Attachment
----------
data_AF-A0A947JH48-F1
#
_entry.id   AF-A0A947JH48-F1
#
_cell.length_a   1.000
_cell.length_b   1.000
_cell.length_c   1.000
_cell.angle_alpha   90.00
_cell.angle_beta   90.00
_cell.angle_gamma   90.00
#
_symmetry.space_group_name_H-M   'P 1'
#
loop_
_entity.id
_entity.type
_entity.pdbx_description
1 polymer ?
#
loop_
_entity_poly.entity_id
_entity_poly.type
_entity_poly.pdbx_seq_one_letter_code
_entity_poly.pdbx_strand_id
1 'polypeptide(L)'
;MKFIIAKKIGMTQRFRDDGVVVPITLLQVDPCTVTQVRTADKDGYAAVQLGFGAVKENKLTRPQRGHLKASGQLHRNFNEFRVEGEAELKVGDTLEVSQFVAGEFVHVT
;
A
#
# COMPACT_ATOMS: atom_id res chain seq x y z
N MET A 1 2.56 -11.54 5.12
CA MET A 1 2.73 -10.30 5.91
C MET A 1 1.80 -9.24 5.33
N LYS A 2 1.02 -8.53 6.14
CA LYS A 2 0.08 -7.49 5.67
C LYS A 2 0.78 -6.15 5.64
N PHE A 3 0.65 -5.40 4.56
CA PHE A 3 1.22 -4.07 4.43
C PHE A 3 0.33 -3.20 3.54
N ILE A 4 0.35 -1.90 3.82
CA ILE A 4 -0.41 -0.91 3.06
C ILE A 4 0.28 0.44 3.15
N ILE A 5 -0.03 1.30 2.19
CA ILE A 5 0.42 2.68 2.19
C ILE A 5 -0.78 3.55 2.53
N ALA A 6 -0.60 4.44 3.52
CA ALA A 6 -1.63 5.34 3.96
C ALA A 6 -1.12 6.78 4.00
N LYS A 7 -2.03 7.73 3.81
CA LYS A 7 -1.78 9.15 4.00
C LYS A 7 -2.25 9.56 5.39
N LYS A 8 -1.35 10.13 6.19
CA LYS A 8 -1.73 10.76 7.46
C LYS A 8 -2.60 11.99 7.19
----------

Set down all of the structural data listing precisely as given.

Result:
data_AF-A0A947JH48-F1
#
_entry.id   AF-A0A947JH48-F1
#
_cell.length_a   1.000
_cell.length_b   1.000
_cell.length_c   1.000
_cell.angle_alpha   90.00
_cell.angle_beta   90.00
_cell.angle_gamma   90.00
#
_symmetry.space_group_name_H-M   'P 1'
#
loop_
_entity.id
_entity.type
_entity.pdbx_description
1 polymer ?
#
loop_
_entity_poly.entity_id
_entity_poly.type
_entity_poly.pdbx_seq_one_letter_code
_entity_poly.pdbx_strand_id
1 'polypeptide(L)'
;MKFIIAKKIGMTQRFRDDGVVVPITLLQVDPCTVTQVRTADKDGYAAVQLGFGAVKENKLTRPQRGHLKASGQLHRNFNEFRVEGEAELKVGDTLEVSQFVAGEFVHVT
;
A
#
# COMPACT_ATOMS: atom_id res chain seq x y z
N MET A 1 2.56 -11.54 5.12
CA MET A 1 2.73 -10.30 5.91
C MET A 1 1.80 -9.24 5.33
N LYS A 2 1.02 -8.53 6.14
CA LYS A 2 0.08 -7.49 5.67
C LYS A 2 0.78 -6.15 5.64
N PHE A 3 0.65 -5.40 4.56
CA PHE A 3 1.22 -4.07 4.43
C PHE A 3 0.33 -3.20 3.54
N ILE A 4 0.35 -1.90 3.82
CA ILE A 4 -0.41 -0.91 3.06
C ILE A 4 0.28 0.44 3.15
N ILE A 5 -0.03 1.30 2.19
CA ILE A 5 0.42 2.68 2.19
C ILE A 5 -0.78 3.55 2.53
N ALA A 6 -0.60 4.44 3.52
CA ALA A 6 -1.63 5.34 3.96
C ALA A 6 -1.12 6.78 4.00
N LYS A 7 -2.03 7.73 3.81
CA LYS A 7 -1.78 9.15 4.00
C LYS A 7 -2.25 9.56 5.39
N LYS A 8 -1.35 10.13 6.19
CA LYS A 8 -1.73 10.76 7.46
C LYS A 8 -2.60 11.99 7.19